- How do the requirements necessary for maintaining an effective NOC impact the payroll expenses for securing expertise?
- Have you considered the back-office staff needed to support the NOC and its associated costs?
- Have you considered the full-freight costs of purchasing and implementing an AIOps platform? Do you have the operational capability and expertise to continually improve its machine learning to make better correlations and reduce MTTR in responding to incidents?
- Is your human resourcing team aware of, and prepared for, the added workload of hiring into an in-house NOC?
3. Speed to Market
The third significant difference between in-house and outsourced NOCs is the time it takes to bring service online.
Between planning the build, hiring a team, training that team, and aligning over the operational plan, in-house NOCs can expect 16 to 24 weeks minimum before all the parts are even in place. It can then take months to gain confident control over the system.
For many companies, it can then take years to gain operational maturity—the point where the NOC has the data, technical capability, and supplementary support it needs to continually improve itself.
Finding and hiring talent is perhaps the first and most significant major hurdle to even getting a NOC up and running, let alone mature. Simply put, the deep operational background required for building a sophisticated NOC is hard to find and expensive to acquire. But it’s exactly this expertise that is critical at the outset of a build. Once a company identifies its full range of support requirements, the seemingly simple task of resourcing a qualified management professional can delay a project considerably.
Here at INOC, we draw on our extensive experience in designing and implementing NOC operations to deliver comprehensive best practices consulting for designing and building new NOCs and helping existing NOCs significantly improve the support provided, whether that support remains in-house or is managed by us.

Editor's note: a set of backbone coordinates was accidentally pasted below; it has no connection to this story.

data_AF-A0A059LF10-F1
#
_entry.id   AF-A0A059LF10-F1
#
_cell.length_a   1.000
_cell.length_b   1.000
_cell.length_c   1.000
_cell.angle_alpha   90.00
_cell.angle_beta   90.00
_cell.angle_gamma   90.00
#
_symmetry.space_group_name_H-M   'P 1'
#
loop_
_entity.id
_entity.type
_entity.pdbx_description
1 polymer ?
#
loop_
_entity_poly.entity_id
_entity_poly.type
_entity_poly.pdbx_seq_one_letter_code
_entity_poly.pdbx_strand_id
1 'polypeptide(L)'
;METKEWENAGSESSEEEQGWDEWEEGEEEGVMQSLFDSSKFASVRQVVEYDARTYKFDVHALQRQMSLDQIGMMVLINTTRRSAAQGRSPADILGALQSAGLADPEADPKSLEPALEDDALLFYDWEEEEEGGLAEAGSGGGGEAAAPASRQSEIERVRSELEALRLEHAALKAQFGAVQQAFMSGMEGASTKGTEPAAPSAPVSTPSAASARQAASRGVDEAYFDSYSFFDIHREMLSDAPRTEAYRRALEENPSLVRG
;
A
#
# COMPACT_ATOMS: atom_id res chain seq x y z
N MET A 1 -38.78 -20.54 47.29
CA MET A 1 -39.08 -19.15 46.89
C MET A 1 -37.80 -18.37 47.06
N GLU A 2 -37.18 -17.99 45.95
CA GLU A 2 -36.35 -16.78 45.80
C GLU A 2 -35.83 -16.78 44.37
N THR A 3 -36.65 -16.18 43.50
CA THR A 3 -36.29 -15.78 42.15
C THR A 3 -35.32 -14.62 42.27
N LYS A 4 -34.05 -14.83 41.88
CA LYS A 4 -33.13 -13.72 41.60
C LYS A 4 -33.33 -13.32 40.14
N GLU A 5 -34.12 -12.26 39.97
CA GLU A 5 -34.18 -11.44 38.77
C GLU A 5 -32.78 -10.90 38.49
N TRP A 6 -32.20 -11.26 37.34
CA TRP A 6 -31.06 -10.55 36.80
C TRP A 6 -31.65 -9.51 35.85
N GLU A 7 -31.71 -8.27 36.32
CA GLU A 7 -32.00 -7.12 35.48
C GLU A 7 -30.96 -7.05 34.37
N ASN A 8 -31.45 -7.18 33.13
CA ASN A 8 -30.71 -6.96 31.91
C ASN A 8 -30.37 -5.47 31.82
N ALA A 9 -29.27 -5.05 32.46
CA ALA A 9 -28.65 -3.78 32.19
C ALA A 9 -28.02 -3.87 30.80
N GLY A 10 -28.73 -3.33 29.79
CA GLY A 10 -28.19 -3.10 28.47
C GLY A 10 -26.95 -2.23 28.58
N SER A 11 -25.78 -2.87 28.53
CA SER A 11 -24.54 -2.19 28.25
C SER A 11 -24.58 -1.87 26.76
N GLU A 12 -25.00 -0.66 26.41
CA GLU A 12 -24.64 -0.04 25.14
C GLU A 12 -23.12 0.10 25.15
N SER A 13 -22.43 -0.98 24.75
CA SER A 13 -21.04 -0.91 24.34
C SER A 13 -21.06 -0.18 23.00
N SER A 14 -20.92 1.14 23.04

- How do your NOC requirements impact the time you could expect to get a homegrown operation running and operationally mature?
- What risks will your business services remain vulnerable to before an in-house NOC could be deployed?
- How do the required skillsets for building and managing an in-house NOC impact internal payroll expenditures and the timeline for the build?
Summary, Final Thoughts, and Next Steps
While some circumstances can make an in-house NOC advantageous or required, many companies can simply get better support and more capability for less overall cost by outsourcing with the right NOC partner (sometimes referred to as NOC as a Service).
Finding and hiring experienced staff and upgrading what are often already underutilized technologies can steal resources and attention from revenue-generating projects. In many cases, the investment in outsourced NOC support enables a higher ROI by providing all the NOC resources needed without the responsibility of having to manage and continually invest in them.